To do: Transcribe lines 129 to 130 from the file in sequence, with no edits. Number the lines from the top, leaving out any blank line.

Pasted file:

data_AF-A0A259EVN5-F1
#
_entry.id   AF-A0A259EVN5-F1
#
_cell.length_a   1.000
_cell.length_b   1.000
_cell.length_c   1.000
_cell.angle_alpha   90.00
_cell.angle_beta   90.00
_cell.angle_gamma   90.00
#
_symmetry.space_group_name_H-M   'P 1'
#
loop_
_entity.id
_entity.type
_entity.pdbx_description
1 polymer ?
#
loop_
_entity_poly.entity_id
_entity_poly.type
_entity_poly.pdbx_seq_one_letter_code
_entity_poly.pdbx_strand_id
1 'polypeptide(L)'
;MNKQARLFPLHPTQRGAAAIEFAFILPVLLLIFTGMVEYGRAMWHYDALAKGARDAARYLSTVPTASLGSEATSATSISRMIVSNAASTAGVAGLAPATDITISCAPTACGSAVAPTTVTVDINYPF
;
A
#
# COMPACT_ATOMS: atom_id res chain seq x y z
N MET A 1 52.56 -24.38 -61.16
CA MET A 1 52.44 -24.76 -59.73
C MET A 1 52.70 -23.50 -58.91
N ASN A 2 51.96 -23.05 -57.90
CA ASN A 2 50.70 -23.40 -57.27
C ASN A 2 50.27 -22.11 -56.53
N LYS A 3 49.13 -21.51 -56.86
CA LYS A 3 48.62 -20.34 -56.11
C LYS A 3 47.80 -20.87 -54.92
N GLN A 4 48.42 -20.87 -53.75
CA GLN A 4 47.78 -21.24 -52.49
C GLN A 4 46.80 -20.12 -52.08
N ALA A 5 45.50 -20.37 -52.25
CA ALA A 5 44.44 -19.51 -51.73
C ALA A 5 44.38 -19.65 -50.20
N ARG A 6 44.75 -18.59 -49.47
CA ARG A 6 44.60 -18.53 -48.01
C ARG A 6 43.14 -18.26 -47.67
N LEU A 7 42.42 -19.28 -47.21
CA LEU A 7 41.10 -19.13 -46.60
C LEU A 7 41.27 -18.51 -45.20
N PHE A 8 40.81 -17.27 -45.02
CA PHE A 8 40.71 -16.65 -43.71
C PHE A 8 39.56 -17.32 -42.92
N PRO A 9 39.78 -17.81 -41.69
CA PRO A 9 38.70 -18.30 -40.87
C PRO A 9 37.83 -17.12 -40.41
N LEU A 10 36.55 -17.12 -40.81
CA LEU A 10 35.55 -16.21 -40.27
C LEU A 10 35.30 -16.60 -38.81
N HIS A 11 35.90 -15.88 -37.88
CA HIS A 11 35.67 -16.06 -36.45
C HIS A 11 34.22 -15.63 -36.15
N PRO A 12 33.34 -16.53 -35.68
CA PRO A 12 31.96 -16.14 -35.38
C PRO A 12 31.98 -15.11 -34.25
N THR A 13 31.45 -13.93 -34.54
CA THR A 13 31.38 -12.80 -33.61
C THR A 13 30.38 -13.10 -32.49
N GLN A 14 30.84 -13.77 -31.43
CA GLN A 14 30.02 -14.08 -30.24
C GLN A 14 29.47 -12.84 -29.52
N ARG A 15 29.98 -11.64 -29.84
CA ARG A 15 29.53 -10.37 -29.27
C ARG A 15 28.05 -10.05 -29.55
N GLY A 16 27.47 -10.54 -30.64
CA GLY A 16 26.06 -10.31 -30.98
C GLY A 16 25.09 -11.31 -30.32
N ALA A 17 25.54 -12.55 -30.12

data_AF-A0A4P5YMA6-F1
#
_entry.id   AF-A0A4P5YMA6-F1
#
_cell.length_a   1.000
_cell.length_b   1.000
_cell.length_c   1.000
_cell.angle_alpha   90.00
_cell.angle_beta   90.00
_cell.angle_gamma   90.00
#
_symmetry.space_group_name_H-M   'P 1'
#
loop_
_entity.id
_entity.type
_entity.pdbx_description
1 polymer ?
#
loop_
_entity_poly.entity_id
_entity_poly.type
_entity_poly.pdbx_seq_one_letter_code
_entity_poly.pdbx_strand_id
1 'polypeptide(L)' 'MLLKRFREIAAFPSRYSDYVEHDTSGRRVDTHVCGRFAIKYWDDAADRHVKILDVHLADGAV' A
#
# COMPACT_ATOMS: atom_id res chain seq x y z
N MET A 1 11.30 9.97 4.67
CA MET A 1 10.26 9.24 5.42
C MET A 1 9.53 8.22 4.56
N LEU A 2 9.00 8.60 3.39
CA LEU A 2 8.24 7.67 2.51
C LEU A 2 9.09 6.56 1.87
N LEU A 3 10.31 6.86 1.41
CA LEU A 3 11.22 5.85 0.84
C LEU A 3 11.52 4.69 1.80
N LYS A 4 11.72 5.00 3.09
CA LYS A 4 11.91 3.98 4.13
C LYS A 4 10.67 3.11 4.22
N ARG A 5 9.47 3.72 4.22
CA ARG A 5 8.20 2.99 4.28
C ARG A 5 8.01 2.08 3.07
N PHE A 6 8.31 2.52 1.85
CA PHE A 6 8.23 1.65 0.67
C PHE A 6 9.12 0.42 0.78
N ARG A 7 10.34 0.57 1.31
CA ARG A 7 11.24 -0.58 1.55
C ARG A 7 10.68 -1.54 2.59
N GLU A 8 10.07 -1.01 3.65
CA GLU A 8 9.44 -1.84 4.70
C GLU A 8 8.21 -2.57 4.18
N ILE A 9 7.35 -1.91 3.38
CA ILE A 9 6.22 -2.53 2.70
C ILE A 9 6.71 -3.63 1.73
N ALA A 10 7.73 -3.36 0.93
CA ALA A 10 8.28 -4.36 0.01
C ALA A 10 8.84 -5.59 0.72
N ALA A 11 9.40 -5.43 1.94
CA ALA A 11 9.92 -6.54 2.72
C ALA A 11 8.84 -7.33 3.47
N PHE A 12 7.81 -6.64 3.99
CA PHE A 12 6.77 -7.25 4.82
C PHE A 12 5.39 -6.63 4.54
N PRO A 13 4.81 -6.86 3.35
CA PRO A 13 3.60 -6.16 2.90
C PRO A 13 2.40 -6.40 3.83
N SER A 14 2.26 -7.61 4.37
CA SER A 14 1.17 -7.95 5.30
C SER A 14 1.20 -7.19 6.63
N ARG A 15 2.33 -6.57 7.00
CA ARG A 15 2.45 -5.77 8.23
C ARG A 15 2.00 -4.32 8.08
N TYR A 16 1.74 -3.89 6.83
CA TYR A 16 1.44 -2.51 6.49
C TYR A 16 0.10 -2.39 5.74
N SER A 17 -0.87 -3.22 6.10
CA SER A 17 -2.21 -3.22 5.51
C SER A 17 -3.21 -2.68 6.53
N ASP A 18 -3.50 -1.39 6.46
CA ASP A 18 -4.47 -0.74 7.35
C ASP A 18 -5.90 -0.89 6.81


CA GLU A 8 9.44 -1.84 4.70
C GLU A 8 8.21 -2.57 4.18